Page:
For Immediate Release
November 1, 2011
Grassley Questions Justice Department Criminal Division Head on Fast and Furious
In the video below Senator Grassley questions Assistant Attorney General Lanny Breuer regarding his knowledge of gunwalking being allowed by the ATF at the hearing.
Click Here for the Documents Senator Grassley Provided at the Hearing.
Yesterday Assistant Attorney General Breuer made a public statement regarding an ATF case known as Operation Wide Receiver. In the statement, he said:
“When the allegations related to Operation Fast and Furious became public earlier this year, the leadership of ATF and the U.S. Attorney’s Office in Arizona repeatedly assured individuals in the Criminal Division and the leadership of the Department of Justice that those allegations were not true.”
The Justice Department officially assured me that the allegations were not true. On February 4, 2011, the Department sent me a letter that read: “ATF makes every effort to interdict weapons that have been purchased illegally and prevent their transportation to Mexico.” However, as Mr. Breuer’s admissions in yesterday’s statement made clear, the Department’s claim was not true.
According to documents received last night, Mr. Breuer’s deputy asked the most basic question of Wide Receiver that anyone should have known to ask of Fast and Furious upon becoming aware of the number of guns involved: “[D]id ATF allow the guns to walk, or did ATF learn about the volume of guns after the FFL began cooperating?” In Operation Wide Receiver, around 300 guns were walked by ATF. In Fast and Furious, just 5 of the straw buyers were allowed to purchase nearly 1000 guns while an FFL was cooperating, while being watched by ATF, while their phone calls were being monitored by a wiretap approved by Justice Department headquarters, and while a prosecutor from headquarters was assigned to the case.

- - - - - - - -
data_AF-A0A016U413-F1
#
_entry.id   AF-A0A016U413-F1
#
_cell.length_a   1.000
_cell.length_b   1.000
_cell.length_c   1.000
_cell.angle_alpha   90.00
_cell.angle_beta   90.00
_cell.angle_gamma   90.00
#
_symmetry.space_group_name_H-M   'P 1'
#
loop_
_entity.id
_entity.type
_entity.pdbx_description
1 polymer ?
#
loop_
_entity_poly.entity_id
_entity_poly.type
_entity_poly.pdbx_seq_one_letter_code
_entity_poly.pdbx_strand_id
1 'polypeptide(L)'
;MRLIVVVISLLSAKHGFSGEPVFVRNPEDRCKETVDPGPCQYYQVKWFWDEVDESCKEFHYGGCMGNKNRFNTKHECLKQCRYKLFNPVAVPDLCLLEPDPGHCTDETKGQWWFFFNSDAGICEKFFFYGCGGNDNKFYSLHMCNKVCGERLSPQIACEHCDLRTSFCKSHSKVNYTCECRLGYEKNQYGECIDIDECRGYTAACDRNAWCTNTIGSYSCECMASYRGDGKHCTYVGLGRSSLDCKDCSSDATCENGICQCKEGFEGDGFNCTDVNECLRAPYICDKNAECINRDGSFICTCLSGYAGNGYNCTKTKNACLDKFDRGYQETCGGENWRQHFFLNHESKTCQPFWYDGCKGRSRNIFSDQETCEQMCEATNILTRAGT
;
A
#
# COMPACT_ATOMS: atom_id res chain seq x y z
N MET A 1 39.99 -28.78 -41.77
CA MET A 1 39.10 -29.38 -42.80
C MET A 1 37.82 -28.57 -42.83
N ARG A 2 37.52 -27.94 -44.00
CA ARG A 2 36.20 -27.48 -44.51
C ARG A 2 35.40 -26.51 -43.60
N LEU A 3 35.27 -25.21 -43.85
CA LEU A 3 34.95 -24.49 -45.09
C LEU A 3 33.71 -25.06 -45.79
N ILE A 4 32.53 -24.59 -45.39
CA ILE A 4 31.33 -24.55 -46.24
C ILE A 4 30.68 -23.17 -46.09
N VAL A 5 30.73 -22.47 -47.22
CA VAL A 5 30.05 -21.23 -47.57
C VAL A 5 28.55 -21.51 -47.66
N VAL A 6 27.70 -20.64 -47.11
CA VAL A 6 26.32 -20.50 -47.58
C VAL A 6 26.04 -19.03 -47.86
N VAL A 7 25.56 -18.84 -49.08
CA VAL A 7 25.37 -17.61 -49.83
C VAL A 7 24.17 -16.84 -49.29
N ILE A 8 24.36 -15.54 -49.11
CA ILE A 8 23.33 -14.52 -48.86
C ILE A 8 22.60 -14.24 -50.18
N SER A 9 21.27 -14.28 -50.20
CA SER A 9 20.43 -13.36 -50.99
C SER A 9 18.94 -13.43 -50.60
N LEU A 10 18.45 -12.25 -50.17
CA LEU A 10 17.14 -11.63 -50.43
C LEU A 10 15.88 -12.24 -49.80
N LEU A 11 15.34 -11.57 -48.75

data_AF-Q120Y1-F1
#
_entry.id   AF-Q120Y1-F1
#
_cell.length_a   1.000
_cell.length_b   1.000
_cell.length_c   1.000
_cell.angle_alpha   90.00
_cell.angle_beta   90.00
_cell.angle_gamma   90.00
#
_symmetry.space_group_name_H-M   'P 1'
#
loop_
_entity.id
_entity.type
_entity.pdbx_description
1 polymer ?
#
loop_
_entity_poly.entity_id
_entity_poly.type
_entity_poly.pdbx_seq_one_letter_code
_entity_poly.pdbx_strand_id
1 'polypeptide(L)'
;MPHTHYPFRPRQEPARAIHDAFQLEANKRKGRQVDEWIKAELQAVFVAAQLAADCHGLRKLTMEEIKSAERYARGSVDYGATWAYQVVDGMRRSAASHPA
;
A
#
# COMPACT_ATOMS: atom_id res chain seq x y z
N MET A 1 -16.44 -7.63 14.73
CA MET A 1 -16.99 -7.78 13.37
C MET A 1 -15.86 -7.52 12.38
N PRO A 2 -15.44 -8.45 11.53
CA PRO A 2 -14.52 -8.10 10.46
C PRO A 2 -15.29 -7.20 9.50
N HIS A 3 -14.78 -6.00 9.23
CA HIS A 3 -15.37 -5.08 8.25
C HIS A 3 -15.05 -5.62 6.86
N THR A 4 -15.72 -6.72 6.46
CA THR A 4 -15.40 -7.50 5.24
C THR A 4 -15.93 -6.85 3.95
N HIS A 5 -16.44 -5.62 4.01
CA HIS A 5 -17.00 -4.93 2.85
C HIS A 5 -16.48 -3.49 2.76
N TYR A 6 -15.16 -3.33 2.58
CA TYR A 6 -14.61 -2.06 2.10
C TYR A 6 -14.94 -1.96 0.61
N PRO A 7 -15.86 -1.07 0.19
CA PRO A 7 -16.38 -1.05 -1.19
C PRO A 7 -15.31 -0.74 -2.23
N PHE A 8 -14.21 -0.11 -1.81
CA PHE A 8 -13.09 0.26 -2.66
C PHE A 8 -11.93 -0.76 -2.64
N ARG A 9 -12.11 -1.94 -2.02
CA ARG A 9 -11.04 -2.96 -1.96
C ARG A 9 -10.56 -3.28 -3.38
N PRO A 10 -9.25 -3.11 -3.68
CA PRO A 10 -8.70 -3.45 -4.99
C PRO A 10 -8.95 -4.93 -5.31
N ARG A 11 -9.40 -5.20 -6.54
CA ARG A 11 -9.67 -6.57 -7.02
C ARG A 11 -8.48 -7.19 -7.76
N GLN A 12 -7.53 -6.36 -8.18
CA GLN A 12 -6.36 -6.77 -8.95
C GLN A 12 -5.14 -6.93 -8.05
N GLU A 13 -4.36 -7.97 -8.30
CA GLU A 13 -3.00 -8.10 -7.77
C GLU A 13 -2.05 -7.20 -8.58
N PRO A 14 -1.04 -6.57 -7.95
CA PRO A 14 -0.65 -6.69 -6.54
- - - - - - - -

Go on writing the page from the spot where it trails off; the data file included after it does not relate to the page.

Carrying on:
The headquarters prosecutor was assigned to Fast and Furious because of an email that ATF Director Ken Melson sent Mr. Breuer in December 2009. Director Melson requested an attorney to work with ATF Phoenix Field Office on a case. Mr. Breuer said it was a “terrific idea” and assigned someone from the Gang Unit by March 2010.
That same month, Deputy Attorney General Gary Grindler—now the Attorney General’s Chief of Staff—was being briefed in person on investigative details of Fast and Furious. The briefing included a very detailed PowerPoint presentation from ATF, and Mr. Grindler made a number of hand-written notes on a print-out of the PowerPoint. The PowerPoint included such details as the fact that by March 12, one straw buyer had already bought as many guns as were ever walked in Wide Receiver. The PowerPoint also included a map of where in Mexico guns were being recovered and the amount of money each straw buyer had spent on the gun purchases, most in the tens of thousands of dollars, along with a note from Mr. Grindler saying “all cash.”
The American people—and especially the family of murdered Border Patrol Agent Brian Terry—deserve answers from the Justice Department about why they claim they didn’t know gunwalking was occurring in Operation Fast and Furious when the department’s fingerprints are all over it.